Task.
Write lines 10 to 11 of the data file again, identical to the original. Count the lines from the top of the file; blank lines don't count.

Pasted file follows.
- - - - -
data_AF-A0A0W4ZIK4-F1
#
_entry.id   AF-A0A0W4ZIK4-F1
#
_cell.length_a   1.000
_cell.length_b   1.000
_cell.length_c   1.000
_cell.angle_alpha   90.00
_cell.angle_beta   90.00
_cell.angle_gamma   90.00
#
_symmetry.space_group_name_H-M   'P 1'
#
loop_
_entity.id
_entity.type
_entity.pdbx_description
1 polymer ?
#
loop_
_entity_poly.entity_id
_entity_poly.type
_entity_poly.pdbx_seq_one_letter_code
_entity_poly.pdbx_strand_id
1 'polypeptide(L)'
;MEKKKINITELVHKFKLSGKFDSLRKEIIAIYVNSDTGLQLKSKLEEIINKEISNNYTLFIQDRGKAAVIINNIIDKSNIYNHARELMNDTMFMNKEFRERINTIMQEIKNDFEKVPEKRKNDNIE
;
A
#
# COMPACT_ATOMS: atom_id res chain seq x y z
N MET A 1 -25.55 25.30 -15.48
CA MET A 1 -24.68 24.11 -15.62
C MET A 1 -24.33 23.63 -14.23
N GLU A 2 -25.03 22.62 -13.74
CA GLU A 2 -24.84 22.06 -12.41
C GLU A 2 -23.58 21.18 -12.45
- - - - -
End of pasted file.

_cell.angle_gamma   90.00
#